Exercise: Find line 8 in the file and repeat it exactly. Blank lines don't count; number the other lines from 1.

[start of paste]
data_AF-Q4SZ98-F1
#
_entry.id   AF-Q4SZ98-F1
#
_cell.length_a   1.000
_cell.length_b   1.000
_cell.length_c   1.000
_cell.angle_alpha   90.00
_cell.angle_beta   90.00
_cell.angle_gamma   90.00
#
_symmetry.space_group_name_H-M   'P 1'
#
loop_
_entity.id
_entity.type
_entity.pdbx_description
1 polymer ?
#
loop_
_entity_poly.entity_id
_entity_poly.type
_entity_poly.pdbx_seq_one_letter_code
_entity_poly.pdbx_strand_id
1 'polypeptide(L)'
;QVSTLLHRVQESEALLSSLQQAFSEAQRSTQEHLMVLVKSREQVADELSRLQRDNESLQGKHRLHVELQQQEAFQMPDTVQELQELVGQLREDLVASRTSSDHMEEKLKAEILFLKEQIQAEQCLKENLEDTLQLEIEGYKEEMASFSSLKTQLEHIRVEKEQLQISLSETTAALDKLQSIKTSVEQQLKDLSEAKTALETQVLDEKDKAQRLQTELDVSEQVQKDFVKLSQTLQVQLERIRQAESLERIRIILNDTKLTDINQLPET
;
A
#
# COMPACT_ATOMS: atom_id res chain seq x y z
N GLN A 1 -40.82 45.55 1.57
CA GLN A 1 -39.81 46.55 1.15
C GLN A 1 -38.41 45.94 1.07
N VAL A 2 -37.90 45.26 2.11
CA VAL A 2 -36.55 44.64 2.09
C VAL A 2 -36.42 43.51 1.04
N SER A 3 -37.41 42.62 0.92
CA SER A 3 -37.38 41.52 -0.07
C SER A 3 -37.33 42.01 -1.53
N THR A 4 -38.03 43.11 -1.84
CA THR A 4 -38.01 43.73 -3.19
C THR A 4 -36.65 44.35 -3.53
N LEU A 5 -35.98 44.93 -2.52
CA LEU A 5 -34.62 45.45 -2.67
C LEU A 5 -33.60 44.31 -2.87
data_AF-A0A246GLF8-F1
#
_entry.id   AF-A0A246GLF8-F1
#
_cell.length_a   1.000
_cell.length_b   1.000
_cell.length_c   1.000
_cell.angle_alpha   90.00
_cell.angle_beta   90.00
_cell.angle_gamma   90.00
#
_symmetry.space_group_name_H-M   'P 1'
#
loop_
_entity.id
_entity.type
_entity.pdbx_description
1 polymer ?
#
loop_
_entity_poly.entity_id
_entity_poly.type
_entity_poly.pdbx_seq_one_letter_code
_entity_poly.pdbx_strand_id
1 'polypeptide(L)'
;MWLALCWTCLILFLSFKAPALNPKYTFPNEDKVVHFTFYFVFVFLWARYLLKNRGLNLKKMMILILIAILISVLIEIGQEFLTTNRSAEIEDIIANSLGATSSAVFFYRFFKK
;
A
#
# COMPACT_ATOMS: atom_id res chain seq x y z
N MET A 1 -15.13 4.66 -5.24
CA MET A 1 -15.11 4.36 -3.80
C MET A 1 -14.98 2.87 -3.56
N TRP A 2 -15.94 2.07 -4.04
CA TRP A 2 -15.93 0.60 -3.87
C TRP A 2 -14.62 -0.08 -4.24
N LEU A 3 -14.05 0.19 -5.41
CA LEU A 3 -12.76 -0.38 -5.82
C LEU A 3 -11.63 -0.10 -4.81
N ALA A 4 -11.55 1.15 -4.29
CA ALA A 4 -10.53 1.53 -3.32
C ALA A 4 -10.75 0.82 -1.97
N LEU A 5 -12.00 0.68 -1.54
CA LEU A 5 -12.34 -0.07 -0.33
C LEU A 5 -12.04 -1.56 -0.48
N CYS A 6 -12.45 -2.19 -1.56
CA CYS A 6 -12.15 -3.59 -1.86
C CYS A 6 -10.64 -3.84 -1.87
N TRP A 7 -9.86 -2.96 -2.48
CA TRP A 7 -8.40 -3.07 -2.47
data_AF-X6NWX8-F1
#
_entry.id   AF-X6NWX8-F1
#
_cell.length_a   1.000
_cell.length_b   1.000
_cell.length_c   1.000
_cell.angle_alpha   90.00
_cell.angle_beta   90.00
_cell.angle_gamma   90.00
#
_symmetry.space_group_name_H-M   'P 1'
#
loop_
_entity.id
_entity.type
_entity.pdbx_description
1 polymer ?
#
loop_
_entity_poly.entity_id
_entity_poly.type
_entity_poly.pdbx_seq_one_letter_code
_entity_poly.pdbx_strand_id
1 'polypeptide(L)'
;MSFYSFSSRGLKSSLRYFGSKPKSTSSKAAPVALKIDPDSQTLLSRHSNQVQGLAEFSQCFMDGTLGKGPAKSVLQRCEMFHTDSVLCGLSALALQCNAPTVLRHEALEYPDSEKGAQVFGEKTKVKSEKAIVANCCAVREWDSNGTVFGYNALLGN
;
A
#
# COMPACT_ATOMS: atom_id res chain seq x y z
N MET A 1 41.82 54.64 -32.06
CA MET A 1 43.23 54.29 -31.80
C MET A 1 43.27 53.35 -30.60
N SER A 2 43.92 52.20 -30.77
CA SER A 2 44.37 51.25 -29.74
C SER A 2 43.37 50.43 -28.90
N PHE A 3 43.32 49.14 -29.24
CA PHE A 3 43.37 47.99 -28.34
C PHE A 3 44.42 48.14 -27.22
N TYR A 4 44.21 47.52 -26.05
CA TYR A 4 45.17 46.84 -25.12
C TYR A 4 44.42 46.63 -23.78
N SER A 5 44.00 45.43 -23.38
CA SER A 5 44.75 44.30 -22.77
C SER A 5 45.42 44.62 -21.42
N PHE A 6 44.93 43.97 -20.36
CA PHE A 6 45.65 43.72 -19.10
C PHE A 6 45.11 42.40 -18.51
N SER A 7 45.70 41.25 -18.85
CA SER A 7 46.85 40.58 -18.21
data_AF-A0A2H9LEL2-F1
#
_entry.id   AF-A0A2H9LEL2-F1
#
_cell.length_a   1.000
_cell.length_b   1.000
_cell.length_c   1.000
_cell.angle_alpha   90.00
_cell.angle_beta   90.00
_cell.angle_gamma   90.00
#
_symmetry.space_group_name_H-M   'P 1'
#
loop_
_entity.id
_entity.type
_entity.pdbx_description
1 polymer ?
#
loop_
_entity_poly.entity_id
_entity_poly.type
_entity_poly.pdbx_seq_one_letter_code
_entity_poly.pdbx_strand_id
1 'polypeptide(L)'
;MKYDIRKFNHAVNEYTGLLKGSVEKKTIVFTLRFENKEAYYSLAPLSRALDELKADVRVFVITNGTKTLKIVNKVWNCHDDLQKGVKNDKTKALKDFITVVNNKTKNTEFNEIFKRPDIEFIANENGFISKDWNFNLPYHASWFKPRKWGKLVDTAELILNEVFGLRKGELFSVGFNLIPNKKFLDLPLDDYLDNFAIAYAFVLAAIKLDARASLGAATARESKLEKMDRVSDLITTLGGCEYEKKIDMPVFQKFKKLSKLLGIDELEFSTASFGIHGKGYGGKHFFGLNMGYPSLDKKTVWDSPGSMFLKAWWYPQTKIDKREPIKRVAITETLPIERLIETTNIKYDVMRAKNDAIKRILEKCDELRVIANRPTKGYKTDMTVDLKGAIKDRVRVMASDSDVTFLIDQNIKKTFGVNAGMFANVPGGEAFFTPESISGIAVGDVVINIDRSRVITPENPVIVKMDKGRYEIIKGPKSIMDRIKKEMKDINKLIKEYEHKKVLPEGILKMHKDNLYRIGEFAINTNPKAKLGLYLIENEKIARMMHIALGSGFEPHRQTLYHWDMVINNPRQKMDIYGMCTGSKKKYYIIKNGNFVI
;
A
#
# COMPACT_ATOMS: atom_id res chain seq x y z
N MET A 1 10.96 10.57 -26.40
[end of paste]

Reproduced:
_cell.angle_alpha   90.00